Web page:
“From this perspective, stylistic intervention alone is not ‘developmental.’ To be sure, there are cases in which a manuscript’s organization is sound but the tone so pervasively wrong that virtually every sentence must be recast. Severe as these problems of tone may be, they can usually be handled by a high-powered copyeditor—and those that can’t are beyond the reach of editing, requiring instead the hand of a ghostwriter or coauthor. Nevertheless, most manuscripts with structural problems have stylistic lapses as well, and DEs are often asked to fix both kinds of problems. . . .”

What is developmental/substantive editing and do you need it? #writers #authors #editing #writetip Click To Tweet

Developmental editing (also called substantive editing, heavy line editing, structural editing, or book doctoring) is the first step for many authors on their way to having their work published. If you are a first-time author, don’t make the expensive mistakes by hoping an agent or publisher will share your vision, even if your manuscript isn’t in top shape. Do your research and find an editor who will work as your partner to help you say it the way you mean it.

—Candace

Writing Groups for Self-Editing

Writers’ groups are a smart way to begin the editing process!

You’ve written a chapter of your memoir, or the first page of your novel, or a writing contest entry. You’ve meticulously self-edited, and now you want to know if what you’ve written “works” for readers . . . so  what’s the next step?

Now it’s time for a writers’ group, aka a critique group. Writers’ groups come in all shapes and sizes—some specialize in genres, others are based on common geography, and still others operate online. Whichever type you choose, you’ll find an abundance of free help from others who love to write. Even experienced writers understand the benefit of the unique perspectives each group member provides.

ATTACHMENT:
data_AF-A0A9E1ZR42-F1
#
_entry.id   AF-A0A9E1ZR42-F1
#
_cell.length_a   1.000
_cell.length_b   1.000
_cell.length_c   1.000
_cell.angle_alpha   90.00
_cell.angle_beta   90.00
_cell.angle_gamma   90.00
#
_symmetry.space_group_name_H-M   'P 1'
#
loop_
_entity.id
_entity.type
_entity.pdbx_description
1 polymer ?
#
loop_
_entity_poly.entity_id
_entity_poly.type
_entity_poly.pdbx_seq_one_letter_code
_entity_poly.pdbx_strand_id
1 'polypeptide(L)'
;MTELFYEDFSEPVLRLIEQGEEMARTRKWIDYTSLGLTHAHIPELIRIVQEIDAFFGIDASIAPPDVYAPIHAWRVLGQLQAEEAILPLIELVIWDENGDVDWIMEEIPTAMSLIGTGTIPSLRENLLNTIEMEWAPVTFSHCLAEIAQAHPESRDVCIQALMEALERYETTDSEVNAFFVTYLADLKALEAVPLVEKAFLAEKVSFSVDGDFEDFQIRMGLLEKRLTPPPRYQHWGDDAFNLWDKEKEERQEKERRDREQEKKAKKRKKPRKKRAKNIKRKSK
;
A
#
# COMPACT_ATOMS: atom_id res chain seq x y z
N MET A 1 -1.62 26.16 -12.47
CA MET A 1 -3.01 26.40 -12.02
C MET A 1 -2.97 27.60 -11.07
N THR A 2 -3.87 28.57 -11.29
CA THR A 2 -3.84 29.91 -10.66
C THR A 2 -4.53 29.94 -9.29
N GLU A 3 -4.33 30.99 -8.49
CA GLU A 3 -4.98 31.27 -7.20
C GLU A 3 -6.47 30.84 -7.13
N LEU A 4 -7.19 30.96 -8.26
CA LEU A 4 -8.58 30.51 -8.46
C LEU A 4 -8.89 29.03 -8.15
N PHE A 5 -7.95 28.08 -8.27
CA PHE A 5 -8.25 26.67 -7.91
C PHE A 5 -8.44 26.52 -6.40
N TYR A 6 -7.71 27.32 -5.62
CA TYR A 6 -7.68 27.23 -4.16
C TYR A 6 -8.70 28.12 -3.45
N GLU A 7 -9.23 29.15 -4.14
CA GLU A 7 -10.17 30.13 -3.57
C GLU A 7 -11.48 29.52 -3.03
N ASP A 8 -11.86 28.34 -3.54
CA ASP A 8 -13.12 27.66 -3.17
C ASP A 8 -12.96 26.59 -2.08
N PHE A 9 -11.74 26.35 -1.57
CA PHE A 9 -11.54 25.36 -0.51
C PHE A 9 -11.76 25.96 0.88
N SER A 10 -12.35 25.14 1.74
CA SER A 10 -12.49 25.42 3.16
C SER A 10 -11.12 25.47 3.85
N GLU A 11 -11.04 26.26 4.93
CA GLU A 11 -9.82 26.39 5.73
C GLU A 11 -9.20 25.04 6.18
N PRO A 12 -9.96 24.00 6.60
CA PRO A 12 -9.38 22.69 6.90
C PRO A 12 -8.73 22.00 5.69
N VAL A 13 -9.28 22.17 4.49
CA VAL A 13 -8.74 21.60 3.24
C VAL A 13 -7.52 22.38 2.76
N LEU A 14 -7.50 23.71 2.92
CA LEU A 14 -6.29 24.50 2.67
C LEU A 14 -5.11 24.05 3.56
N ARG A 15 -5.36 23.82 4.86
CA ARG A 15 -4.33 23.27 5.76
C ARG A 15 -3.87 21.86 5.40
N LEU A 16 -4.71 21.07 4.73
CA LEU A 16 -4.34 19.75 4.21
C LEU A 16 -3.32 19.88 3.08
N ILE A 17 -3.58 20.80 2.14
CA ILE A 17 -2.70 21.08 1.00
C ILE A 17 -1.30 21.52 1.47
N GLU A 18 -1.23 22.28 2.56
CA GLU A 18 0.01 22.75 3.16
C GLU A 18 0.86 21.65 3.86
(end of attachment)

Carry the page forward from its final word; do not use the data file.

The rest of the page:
Critique group members can help you identify global issues in your writing, such as unclear meaning, stilted dialogue, overuse or incorrect use of particular words, and patterns of error in punctuation. They can also help you with grammar issues, plot inconsistencies, a story line that doesn’t work, and character development. They are also invaluable for brainstorming on everything from titles to plot lines to ideas on where and how to tighten your writing.

Critique group members can help you identify global issues in your writing, such as unclear meaning, stilted dialogue, overuse or incorrect use of particular words, and patterns of error in punctuation. #critiquegroups #betareaders… Click To Tweet

You may have to try a few groups before you find one that works for you, but you’ll find it is well worth the time and effort. In addition to critiquing your work, group members can be a source for great ideas on workshops, books about writing, and other related information.

Once you’ve received feedback from group members, you’ll be armed with many different ideas. You’ll find some of those ideas aren’t workable for you, but others will give you an “a-ha” moment, a moment when you ask yourself, “Of course, why didn’t I see that?” You’ll be reinvigorated about your writing and refocused on getting your paper, article, blog, or book ready for publication.

If you use a critique group for beta reading or any other part of your editing process, I hope you’ll share your experiences. And if you know of a great on-line critique group for authors to check out, please include the link in the comments.

Happy Writing!

—Candace